Artificial intelligence (AI) was formerly a science-fiction concept. However, it is getting more widespread. It can be found in mobile phone technologies and automobiles. It powers agricultural and healthcare tools.

However, concerns have been raised concerning AI’s and associated technologies such as machine learning’s responsibility. Timnit Gebru, a computer scientist with Google’s Ethical AI team, was sacked in December 2020. She had already highlighted concerns about the social consequences of AI prejudice.

In a report published in 2018, Gebru and another researcher, Joy Buolamwini, demonstrated that facial recognition software was less accurate in identifying women and persons of color than it was in identifying white men. Training data biases can have far reaching and unforeseen consequences.

There is already a significant body of research on AI ethics. This emphasizes the necessity of principles in ensuring that technology does not only exacerbate biases or even cause new societal evils. As stated in the UNESCO draft recommendation on AI ethics:

We need international and national policies and regulatory frameworks to ensure that these emerging technologies benefit humanity as a whole.

Many frameworks and recommendations have been developed in recent years to establish ethical AI aims and priorities.

This is unquestionably a positive step forward. When it comes to concerns of bias and inclusivity, though, it’s equally necessary to go beyond technical solutions. Biases might creep in at the level of the person who sets the goals and balances the priorities.

In a recent study, we propose that inclusivity and diversity must also be considered when determining ideals and defining frameworks for what constitutes ethical AI. This is especially true given the rapid rise of AI and machine learning research on the African continent.

Artificial intelligence in Africa’s context

Research and development of AI and machine learning technologies is growing in African countries. Data Science Africa, Data Science Nigeria, and the Deep Learning Indaba with its satellite IndabaX events, which have taken place in 27 African nations to date, demonstrate the interest and people investment in the fields.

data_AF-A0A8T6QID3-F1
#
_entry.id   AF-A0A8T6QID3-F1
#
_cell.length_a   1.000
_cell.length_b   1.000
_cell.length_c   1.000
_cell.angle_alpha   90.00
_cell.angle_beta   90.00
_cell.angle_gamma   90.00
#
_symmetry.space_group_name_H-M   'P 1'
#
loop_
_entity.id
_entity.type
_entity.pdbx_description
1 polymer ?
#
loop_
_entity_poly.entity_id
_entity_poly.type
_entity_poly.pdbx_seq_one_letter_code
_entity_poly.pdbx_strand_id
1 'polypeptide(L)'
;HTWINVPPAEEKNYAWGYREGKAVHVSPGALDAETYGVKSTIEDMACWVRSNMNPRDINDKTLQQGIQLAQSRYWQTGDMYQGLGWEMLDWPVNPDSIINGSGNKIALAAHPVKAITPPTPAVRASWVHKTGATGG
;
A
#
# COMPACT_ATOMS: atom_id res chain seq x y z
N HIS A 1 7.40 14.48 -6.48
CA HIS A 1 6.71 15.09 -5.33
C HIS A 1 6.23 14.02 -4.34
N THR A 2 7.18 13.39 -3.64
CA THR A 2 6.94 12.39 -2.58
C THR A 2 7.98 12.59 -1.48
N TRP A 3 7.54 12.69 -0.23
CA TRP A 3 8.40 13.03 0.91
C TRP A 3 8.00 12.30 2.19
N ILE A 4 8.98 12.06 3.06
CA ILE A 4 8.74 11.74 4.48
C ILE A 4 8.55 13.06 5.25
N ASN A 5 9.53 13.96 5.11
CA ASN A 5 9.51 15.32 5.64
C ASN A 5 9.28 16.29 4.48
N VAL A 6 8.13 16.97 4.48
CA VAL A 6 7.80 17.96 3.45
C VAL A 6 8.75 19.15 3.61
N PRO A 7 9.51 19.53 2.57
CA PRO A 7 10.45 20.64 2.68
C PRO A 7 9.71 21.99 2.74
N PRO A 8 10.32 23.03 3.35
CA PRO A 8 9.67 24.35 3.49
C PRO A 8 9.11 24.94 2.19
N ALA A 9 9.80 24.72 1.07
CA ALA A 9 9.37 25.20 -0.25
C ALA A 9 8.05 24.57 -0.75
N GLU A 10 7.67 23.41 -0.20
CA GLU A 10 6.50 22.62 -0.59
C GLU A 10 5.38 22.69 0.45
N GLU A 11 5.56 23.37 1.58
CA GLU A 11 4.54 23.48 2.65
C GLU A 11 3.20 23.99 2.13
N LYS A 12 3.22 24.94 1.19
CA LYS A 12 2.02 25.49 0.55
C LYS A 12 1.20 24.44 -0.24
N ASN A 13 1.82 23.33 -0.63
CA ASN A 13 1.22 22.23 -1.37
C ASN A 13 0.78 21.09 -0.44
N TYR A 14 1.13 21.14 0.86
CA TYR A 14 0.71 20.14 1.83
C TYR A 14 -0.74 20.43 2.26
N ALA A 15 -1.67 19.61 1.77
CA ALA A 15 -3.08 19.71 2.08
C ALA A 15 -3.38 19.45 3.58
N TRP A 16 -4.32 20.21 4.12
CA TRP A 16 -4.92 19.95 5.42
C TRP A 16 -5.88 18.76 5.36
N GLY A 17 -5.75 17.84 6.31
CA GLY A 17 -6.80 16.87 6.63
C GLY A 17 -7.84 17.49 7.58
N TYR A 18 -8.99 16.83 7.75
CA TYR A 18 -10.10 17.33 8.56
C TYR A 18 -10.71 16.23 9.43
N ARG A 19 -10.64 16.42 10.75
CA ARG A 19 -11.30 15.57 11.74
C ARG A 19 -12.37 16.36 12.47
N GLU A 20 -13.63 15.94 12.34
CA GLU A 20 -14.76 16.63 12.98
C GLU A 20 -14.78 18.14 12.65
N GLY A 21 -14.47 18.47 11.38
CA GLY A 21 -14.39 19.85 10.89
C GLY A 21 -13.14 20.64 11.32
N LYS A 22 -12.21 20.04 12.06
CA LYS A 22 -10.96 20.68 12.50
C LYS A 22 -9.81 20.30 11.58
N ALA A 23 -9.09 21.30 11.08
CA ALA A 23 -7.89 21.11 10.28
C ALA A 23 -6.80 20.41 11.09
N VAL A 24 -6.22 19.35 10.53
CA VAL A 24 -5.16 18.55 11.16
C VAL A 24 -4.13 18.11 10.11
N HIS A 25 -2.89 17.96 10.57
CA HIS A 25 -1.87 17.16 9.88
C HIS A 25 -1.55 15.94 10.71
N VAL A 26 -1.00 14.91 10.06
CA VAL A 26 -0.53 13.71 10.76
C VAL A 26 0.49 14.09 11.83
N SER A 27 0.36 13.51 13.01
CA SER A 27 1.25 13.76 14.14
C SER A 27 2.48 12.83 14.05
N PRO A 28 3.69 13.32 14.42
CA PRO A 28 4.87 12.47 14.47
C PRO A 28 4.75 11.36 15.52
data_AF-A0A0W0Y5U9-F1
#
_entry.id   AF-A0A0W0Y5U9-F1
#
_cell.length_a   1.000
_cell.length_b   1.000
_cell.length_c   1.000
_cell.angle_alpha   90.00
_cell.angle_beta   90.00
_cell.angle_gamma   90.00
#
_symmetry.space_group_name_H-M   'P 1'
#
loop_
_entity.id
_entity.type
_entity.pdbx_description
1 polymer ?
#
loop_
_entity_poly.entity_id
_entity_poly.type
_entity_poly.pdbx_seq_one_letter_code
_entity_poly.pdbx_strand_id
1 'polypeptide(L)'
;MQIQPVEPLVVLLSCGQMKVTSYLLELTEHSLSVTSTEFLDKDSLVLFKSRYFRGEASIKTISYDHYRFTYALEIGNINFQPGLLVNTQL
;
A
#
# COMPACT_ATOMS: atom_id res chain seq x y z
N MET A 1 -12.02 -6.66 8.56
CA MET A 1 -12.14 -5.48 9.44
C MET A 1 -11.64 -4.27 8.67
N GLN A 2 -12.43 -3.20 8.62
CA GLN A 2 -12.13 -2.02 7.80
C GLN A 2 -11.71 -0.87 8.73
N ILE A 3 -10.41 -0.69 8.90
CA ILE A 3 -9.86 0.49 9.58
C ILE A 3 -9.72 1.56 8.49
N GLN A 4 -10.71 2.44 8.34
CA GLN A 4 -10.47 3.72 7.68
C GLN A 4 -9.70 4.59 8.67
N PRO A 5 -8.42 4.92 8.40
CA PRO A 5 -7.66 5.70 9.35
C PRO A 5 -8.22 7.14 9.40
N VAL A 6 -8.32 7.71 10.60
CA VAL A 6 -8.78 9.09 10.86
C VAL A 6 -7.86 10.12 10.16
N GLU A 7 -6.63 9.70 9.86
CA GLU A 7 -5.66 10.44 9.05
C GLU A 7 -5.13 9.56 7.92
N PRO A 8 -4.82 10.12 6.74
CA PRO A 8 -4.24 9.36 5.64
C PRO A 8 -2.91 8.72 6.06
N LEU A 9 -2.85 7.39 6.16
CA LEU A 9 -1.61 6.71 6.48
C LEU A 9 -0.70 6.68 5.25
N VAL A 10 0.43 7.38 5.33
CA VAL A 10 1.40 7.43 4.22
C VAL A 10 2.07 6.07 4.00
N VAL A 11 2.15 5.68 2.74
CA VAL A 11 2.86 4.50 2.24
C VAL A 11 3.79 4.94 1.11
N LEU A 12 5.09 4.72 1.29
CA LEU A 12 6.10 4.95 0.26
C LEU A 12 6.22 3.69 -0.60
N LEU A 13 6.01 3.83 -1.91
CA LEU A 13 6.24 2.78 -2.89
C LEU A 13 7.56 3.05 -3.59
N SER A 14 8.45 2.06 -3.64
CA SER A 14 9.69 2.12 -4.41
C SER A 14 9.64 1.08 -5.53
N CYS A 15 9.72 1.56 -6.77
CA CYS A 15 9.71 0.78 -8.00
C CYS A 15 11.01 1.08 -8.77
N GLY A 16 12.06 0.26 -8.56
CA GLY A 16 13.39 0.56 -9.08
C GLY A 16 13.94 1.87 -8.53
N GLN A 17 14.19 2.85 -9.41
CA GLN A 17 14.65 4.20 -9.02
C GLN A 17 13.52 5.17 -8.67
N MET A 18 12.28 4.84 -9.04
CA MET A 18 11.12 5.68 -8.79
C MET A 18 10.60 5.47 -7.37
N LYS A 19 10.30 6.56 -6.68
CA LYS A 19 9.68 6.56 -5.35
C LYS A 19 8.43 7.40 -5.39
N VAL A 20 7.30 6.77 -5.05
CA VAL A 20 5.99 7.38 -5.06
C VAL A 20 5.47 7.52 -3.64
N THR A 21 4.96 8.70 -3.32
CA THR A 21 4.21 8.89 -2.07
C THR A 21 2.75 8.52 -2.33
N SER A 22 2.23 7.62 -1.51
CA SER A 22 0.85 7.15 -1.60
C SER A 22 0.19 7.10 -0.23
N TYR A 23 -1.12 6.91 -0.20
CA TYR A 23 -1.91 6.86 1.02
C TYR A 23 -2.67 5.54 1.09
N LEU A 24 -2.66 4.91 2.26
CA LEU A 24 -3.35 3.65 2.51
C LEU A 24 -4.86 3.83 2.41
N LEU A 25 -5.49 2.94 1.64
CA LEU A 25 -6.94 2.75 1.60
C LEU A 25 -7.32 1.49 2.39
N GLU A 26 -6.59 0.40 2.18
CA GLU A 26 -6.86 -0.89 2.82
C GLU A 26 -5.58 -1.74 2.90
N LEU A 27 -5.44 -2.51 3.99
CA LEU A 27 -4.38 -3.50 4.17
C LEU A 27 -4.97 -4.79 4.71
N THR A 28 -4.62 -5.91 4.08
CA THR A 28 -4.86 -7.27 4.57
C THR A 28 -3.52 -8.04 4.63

A key motivator of this research is the potential of AI and associated technologies to promote prospects for growth, development, and democratization in Africa. 

Despite this, just a few African perspectives have been heard in worldwide ethical frameworks that try to direct research. This might not be a problem if the frameworks’ ideas and ideals are universally applicable. However, it is unclear whether they do.

The European AI4People framework, for example, is a synthesis of six other ethical frameworks. One of its guiding principles is respect for autonomy. Within the applied ethical field of bioethics, this principle has been criticized. It is seen as failing to do justice to the communitarian values that are shared throughout Africa. These are less concerned with the individual and more concerned with the community, even requiring exceptions to such a principle in order to allow for effective interventions.

Such challenges, or even acknowledgement of the possibility of such challenges, are largely absent from discussions and frameworks for ethical AI. 

Just as training data can exacerbate existing inequalities and injustices, failing to recognize the possibility of diverse sets of values that vary across social, cultural, and political contexts can. 

Better results come out of inclusive AI systems

Furthermore, failing to consider social, cultural, and political contexts can result in even the most perfect ethical technical solution being ineffective or misguided once implemented.

Any learning system requires access to training data in order to be effective at making useful predictions. This entails samples of the data of interest: inputs in the form of multiple features or measurements, and outputs that are the labels that scientists want to predict. In most cases, both these features and labels necessitate human understanding of the problem. However, failing to account for the local context correctly may result in underperforming systems.

Mobile phone call records, for example, have been used to estimate population sizes before and after disasters. Vulnerable populations, on the other hand, are less likely to have access to mobile devices. As a result, this approach may produce ineffective results. 

Similarly, computer vision technologies for identifying various types of structures in an area will most likely underperform when different construction materials are used. In both of these cases, as we and other colleagues discuss in another recent paper, failing to account for regional differences can have a significant impact on everything from disaster relief to autonomous system performance.

In the future

AI technologies must not merely exacerbate or incorporate the problematic aspects of contemporary human societies.

It is critical to be sensitive to and inclusive of various contexts when designing effective technical solutions. It is also critical not to assume that values are universal. People from various backgrounds must be included in the development of AI, not only in the technical aspects of designing data sets and the like, but also in defining the values that can be called upon to frame and set objectives and priorities.


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